Story by Robert Pore, The Grand Island Independent; photo Independent/Barrett Stinson, both printed with permission by the Grand Island Independent.
Since the War on Terror began on Sept. 11, 2001, many Americans have lost their lives in Afghanistan and Iraq. To remember those who have given their lives in service to their country, a new traveling display, Remembering Our Fallen Tribute Towers Memorial, is located on the Nebraska State Fairgrounds at Fonner Park next to the south entrance of the Heartland Events Center.
The memorial features 30 towers with 4,600 photos of Americans who lost their lives in the War on Terror in Iraq and Afghanistan. Each photo has information about the fallen hero: their age, their hometown, their rank and when, how and where they died. There is also a nonmilitary photo to help personalize the individual as a civilian. At the memorial at the State Fair was Noala Fritz of Verdon, who lost her son, 1st Lt. Jacob Fritz, who was a West Point graduate, on Jan. 20, 2007, in Iraq as a result of a combat wound. Her son’s photo is on display at the memorial.
The project was started by Bill and Evonne Williams of Omaha. Bill Williams has helped organize 11 honor flights for 3,400 veterans from the Omaha area who served their country during World War II, the Korean War and the Vietnam War. All of the Williamses’ children have served in the armed forces. Fritz said she first met the Williamses when they unveiled the Nebraska version of “Remembering Our Fallen.” Several years later, Fritz was asked to speak at a program about the Nebraska fallen during the War on Terror, where she shared her son’s story. After the program, Bill Williams asked her if she would speak again at various functions.
She has also helped the Williamses with one of the Korean War veterans honor flights. “I wanted to share my son’s story,” she said. Fritz, a Gold Star parent, also has helped in working with other Gold Star families. Gold Star families are ones who have lost a family member in combat. Bill Williams also persuaded her to work with the new national version of the “Remembering Our Fallen” display.
A retired teacher, Fritz agreed. She said there was overwhelming emotion among many who have witnessed the memorial at the State Fair. “There have been tears; there has been a kind of pride when they find someone they knew on one of the towers; there have been the memories and they will share stories,” Fritz said. “I talked to a mother the other day. Her son was 43 years old with four kids and he was in the Navy and he was always known for ‘easy day.’ When someone asked him how his day was going, he would say, ‘easy day,’ or what is going on, he would say, ‘easy day.’ We talked for quite a while and I took her picture next to her son’s photo. When she left, she looked at me and said, ‘easy day.’” Fritz said it is hard for people to describe the flood of emotions they experience when looking at the memorial. “For a lot of people, even ones who don’t have a loved one here, it brings them to tears,” she said.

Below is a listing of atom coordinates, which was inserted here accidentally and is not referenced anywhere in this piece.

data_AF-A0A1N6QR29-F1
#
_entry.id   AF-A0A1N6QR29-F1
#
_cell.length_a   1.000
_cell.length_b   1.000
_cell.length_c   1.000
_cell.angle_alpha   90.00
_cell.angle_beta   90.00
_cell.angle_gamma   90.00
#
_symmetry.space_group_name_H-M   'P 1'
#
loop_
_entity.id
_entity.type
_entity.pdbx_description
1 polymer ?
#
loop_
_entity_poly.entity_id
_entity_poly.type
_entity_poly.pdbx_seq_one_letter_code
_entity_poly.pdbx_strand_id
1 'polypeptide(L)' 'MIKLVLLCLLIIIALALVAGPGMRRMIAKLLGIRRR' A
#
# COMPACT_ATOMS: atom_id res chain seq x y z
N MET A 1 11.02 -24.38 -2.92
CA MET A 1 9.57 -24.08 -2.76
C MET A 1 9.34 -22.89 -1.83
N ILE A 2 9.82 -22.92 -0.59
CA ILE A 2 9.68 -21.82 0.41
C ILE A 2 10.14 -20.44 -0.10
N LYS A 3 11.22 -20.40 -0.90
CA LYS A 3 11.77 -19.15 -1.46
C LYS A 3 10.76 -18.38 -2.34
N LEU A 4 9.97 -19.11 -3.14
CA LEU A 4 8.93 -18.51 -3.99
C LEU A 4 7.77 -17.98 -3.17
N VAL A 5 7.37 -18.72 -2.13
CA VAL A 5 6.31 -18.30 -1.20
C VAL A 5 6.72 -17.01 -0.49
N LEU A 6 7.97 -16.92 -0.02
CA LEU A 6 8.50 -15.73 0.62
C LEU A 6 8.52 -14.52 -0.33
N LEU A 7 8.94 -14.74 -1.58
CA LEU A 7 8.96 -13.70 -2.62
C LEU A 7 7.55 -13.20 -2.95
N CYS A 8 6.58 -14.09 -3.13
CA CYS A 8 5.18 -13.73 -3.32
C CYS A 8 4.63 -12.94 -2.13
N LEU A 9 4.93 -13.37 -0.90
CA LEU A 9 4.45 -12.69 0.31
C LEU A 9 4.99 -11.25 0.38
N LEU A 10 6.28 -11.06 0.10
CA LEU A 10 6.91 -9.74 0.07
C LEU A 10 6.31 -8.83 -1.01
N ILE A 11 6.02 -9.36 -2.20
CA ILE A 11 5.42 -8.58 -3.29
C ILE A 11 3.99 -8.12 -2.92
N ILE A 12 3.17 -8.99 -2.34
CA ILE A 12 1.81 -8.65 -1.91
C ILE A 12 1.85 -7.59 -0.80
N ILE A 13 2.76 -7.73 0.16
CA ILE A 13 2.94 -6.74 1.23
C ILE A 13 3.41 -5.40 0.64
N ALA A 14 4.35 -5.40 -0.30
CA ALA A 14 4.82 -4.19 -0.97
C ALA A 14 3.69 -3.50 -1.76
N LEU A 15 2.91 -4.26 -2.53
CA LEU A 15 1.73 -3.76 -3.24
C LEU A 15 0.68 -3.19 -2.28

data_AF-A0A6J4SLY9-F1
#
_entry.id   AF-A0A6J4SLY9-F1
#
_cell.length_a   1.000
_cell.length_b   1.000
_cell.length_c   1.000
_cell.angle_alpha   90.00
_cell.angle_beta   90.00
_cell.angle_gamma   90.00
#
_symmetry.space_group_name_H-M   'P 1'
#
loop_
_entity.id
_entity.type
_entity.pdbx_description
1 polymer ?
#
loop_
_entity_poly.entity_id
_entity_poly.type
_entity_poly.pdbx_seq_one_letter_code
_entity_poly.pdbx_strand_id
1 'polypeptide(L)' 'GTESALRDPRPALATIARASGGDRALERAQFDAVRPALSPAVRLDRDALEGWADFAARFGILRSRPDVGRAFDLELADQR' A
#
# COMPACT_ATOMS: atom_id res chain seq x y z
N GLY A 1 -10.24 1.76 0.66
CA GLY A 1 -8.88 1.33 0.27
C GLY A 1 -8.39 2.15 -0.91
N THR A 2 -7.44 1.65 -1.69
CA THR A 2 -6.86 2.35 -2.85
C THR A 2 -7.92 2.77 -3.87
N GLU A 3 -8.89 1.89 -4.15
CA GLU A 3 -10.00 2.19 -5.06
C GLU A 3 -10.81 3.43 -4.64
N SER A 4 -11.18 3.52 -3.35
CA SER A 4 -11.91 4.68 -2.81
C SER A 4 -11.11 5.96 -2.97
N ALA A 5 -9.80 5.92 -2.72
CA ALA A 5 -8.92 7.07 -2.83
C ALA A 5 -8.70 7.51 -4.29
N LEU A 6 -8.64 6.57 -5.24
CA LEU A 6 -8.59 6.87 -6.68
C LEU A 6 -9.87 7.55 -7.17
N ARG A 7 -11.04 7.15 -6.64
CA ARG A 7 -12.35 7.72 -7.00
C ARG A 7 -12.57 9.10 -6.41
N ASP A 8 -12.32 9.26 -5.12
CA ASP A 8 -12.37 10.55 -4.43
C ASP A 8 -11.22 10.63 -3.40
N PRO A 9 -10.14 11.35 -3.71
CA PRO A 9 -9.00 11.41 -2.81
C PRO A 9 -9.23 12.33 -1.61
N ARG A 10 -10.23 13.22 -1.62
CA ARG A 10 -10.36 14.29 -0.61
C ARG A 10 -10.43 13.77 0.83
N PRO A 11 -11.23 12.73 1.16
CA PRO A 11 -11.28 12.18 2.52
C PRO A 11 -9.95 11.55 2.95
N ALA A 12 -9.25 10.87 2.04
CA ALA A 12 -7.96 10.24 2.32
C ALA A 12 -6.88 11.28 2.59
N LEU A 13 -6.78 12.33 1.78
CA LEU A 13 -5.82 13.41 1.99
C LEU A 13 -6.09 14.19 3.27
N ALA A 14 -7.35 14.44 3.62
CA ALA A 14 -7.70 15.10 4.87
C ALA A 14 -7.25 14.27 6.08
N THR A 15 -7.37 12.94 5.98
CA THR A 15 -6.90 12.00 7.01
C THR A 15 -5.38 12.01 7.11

Many of the photographs in the memorial are of men not even 20 years of age. One young man, who was 18 years old, died for his country during the War on Terror less than a year after graduating from high school. She said those are the ones that cause people to pause and be taken aback. Fritz also said the duration of the War on Terror, since it first began in 2001, and seeing the dates for those who have lost their lives, also impacts the people viewing the memorial, as the War on Terror is ongoing. One of the things notable about her son Jacob’s photo is his smile. “He loved life and, you know, I need to go out and live my life now for him and share his story and share these kids’ stories and listen to stories,” Fritz said.
The memorial also contains the photos of some of the 157 women who have been killed during combat in the War on Terror. Williams said seven years ago, the Omaha World-Herald published a story about a father who had lost his son in Iraq, and his concern that his son would be forgotten. After reading the story, the Williamses came up with the idea to create the exhibit. “We didn’t want it to sit in a museum,” Bill Williams said. “We wanted it to travel.” While the memorial at the State Fair has photos of the fallen warriors from throughout the nation, the Williamses first created the memorial to honor the fallen from Nebraska.
That project expanded and since then, they have created similar “Remembering Our Fallen” memorials for 19 states. They have been working on the project since January 2011. “My wife has spent hundreds and hundreds of hours researching this because there is no list,” Williams said. “People think you go to the government and get a list, but there isn’t one. She does all the research to contact the families to ask them for the photos that are on the towers. It has been quite an undertaking.”
So far, the Williamses have identified 65 percent of those who have died as a result of the War on Terror since Sept. 11, 2001. Williams estimated that once they complete the task of getting all the name,s they will have about 40 towers and more than 7,000 photos. The national “Remembering Our Fallen” memorial was first unveiled on July 22 at the Pinnacle Bank Arena in Lincoln.
Before coming to the State Fair, it has been on display at fairs in West Point, NE., and Minnesota. After the State Fair, the memorial traveled to Washington, D.C., for its national unveiling at the Lincoln Memorial on Sept. 8. After the national unveiling, it traveled to New York City, the Reagan Library and the Rose Bowl in California. “We are trying to make this a gift from Nebraska to the nation,” Bill Williams said. “The biggest fear of the Gold Star families is that their loved ones will be forgotten. Our mission is that they will not be.” Those who want to donate to the project can do so at the display at the State Fair or visit their website at www.rememberingourfallen.org.